Cogs4Cancer stage 4The French Tribute Ride will see upwards of 80 riders joining the main team of 24, to cycle  either 82km from La Ciotat to Antibes or the shorter 33km from Col de Testanier into Antibes on Friday, the final day. Last years welcoming event was superb, with hundreds of family and friends at the IYCA Quay in Antibes to welcome in the saddle sore riders after their 2014 ride from Ancona in Italy. This years welcome celebrations are expected to be even bigger, so if you are in the Antibes area Friday 9th October at about 17.00 join in the festivities and welcoming back the riders after their 850km ride form Barcelona.

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Day Three

Wednesday 7th October will see the riders starting in Narbonne, traveling near the coast along to Agne, then moving up towards Montpellier which is at the 100km mark for day three. Staying inland the team of riders will be heading for the finish line in Nimes, about 169km for the days ride.

Cogs4Cancer stage3Not forgetting the real purpose of this incredible ride.  All proceeds, that means absolutely 100% of the money raised will go to charity. The Cogs4Cancer riders have completely self-funded the whole trip with the support, sustenance and medical assistance through out this week, generously given for free.

The four charities supported are: CANCER RESEARCH UK, L’ARCHET HOSPITAL NICE, CANCER SUPPORT GROUP 06 and ISIS CENTRE AZUREEN DE CANCEROLOGIE WELLBEING PROGRAMME.

Don’t forget to keep up to speed with the riders en-route with the live tracking here . If you feel their efforts are worthy you can also donate here

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Day Two

Tuesday 6th October will take the riders from Figueres in Spain across the boarder into France with the day two finish line in Narbonne, just a little relaxing ride of about 170km! Only three more days in the saddle for team.

Cogs4Cancer stage2Keep up to speed with the riders on the following tracking app here.

In the image gallery below you can see images of the support vehicles supplying the Cogs4Cancer riders with welcome food breaks kindly supplied by the ladies from Gourmet Deliveries and EGP. Delicious food packed full of carbohydrates and protein to keep the guys and girls going.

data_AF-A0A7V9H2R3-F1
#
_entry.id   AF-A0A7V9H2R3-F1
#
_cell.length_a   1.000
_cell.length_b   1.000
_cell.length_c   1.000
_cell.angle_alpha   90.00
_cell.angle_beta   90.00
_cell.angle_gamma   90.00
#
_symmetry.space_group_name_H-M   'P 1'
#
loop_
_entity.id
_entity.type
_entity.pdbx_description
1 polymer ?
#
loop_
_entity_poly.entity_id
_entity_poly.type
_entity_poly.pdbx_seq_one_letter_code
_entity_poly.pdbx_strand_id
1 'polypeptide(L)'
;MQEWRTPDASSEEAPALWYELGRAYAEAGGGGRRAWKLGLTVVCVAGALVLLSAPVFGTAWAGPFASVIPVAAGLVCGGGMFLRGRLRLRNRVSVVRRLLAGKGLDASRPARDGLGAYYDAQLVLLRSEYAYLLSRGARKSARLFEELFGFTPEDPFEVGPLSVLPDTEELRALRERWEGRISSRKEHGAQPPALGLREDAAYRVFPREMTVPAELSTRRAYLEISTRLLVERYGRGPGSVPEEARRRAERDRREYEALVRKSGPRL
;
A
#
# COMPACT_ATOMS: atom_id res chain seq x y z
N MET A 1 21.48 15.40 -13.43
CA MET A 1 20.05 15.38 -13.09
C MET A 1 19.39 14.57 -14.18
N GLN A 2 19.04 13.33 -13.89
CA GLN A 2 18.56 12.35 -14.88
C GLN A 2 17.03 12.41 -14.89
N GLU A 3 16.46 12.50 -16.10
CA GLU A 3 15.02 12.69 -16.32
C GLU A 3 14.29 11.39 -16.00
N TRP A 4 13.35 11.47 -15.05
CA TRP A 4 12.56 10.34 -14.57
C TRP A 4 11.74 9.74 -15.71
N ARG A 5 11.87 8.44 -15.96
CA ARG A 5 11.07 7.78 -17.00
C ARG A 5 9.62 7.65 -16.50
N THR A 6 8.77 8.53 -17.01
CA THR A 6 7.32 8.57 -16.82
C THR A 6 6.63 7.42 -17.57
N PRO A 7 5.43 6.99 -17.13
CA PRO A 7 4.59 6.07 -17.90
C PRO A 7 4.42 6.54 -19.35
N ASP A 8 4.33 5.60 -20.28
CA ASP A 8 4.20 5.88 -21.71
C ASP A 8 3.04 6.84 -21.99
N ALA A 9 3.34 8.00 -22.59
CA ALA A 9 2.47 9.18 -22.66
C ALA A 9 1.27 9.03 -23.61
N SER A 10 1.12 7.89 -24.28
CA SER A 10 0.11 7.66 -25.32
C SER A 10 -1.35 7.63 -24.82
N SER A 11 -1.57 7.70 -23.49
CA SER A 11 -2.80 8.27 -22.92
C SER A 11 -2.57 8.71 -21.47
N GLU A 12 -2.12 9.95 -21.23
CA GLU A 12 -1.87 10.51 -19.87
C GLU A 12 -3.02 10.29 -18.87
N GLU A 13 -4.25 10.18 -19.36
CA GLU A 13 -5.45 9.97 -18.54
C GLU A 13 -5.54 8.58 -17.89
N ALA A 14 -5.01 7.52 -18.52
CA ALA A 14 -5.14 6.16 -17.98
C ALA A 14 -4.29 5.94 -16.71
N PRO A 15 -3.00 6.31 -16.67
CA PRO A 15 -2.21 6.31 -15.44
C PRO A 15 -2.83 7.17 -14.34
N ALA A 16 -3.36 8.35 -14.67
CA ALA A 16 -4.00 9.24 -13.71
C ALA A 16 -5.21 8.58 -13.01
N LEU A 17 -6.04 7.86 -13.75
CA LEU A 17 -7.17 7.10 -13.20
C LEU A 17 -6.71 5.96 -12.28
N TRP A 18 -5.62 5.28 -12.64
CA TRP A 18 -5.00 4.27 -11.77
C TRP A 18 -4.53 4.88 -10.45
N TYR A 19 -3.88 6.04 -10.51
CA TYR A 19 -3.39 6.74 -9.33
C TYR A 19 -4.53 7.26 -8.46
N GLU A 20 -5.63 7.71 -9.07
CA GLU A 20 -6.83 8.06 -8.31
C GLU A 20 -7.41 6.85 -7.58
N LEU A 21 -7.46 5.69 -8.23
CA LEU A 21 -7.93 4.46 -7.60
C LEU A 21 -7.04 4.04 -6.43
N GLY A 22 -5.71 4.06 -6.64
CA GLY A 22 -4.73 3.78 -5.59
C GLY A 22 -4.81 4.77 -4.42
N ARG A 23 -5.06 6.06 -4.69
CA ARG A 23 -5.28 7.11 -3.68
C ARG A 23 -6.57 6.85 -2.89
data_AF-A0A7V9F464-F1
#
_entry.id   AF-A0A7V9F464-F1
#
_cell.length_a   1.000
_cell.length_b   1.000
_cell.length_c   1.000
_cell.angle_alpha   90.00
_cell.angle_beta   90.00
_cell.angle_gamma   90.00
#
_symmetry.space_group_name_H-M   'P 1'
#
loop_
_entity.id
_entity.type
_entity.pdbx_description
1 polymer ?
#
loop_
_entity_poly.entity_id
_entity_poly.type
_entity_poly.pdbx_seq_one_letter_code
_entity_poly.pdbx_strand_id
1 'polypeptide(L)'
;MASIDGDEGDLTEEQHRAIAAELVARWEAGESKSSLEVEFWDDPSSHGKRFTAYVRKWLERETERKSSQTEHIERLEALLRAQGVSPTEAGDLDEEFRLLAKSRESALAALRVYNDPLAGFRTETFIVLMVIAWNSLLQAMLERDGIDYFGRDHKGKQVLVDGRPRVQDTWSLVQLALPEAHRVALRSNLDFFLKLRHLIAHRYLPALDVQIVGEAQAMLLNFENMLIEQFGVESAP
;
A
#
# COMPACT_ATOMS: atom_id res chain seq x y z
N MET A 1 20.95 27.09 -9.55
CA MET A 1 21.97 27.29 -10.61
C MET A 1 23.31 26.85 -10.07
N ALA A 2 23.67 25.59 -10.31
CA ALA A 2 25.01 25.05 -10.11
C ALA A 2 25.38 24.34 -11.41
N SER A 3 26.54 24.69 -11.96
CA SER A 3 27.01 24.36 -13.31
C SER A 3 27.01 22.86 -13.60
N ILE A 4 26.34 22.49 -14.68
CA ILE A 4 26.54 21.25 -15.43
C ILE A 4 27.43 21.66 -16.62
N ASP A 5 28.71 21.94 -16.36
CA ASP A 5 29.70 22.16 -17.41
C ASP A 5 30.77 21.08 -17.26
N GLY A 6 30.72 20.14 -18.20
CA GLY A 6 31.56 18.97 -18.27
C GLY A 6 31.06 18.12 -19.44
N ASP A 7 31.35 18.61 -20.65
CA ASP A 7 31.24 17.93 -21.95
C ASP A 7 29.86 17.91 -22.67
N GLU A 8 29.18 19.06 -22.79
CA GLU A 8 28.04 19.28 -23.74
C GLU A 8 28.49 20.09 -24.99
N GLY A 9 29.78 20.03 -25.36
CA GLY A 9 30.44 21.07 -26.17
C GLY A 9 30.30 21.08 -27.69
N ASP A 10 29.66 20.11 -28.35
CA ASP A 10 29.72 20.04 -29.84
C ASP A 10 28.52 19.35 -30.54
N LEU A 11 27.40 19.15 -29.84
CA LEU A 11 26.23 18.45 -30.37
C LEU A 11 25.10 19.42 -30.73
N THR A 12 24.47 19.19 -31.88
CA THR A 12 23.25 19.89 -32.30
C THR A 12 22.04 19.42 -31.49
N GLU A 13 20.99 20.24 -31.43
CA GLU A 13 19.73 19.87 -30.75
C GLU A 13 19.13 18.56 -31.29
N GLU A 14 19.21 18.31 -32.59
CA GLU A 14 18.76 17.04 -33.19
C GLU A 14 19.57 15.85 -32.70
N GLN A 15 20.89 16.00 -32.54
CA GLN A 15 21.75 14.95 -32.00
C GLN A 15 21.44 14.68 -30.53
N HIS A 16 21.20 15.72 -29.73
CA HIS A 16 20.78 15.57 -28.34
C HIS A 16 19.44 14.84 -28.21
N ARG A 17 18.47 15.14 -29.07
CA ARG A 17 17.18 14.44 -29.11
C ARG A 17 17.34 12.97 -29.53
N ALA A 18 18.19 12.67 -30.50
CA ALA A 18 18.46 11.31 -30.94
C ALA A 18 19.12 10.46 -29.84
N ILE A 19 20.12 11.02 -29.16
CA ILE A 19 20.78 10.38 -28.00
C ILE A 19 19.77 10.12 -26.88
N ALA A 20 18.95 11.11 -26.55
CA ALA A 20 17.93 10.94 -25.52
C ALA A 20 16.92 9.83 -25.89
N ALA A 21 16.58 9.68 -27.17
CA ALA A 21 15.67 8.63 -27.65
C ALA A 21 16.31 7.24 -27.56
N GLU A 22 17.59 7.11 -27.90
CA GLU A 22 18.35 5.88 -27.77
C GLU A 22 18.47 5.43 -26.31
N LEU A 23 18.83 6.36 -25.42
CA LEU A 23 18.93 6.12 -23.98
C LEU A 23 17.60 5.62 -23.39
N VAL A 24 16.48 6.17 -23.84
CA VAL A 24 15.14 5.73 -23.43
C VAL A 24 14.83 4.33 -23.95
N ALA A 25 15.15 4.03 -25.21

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Day One

On Sunday the Spectrum Barcelona office turned out to support about 40 riders who joined the Spanish tribute ride, beginning the route at OneOcean Port Vell Marina. The guest riders supporting Cogs4Cancer took the ‘Ronda Verda’ circular route, a circuit for cyclists crossing the natural scenery throughout the Barcelonès county. This route consisted of six main sections: Montjuïc, Llobregat, Riverside Park, Serralada de Marina Park and the Sea Front.

At 07.30 on Monday 5th October the 24 riders will embark from OneOcean Marina Port Vell, Barcelona on a ride that will take them 850km over the next five days with the finish line awaiting them in Antibes, France.

Day one will take the riders along the coast north to Tossa de Mar and then inland continuing north to the stage one finish in Figueres, covering roughly 165km. The Spectrum IFA are proud to be sponsoring Lee Mutch & Cogs4Cancer and will be in Antibes on Friday 9th October to welcome the whole team to the finish line.

Cogs4Cancer stage1   

As of Monday October 5th, Cogs4Cancer 2015 has raised €214.333,51. The four charities supported are: CANCER RESEARCH UK, L’ARCHET HOSPITAL NICE, CANCER SUPPORT GROUP 06 and ISIS CENTRE AZUREEN DE CANCEROLOGIE WELLBEING PROGRAMME.

There is a live tracking of the riders here so you can see the progress. If you feel their efforts are worthy you can also donate here

At The Spectrum IFA Group we feel it is a very worthy cause and so we are proud to have sponsored a rider, Lee Mutch. We wish good luck to all the team.

 

 

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Cogs4Cancer 2015 – The new kit has arrived

By Spectrum IFA - Topics: Barcelona, Cogs4Cancer, Events, France, Spain, Spectrum-IFA Group, Uncategorised, Yachting
This article is published on: 10th September 2015

10.09.15

c4c-shirt-2015-spectrum-ifa copyCheck out the new Cogs4Cancer 2015 team colours !!!

The Spectrum IFA Group are for the second year running sponsoring Lee Mutch, Director at Inter-Nett Monaco.

Starting in 2013, Cogs4Cancer has grown year on year with over €563,000 raised so far. A truly spectacular event, this year is proving to be even bigger than last years ride with the total amount raised just for the 2015 event reaching €164,058.91 (as of 9th September).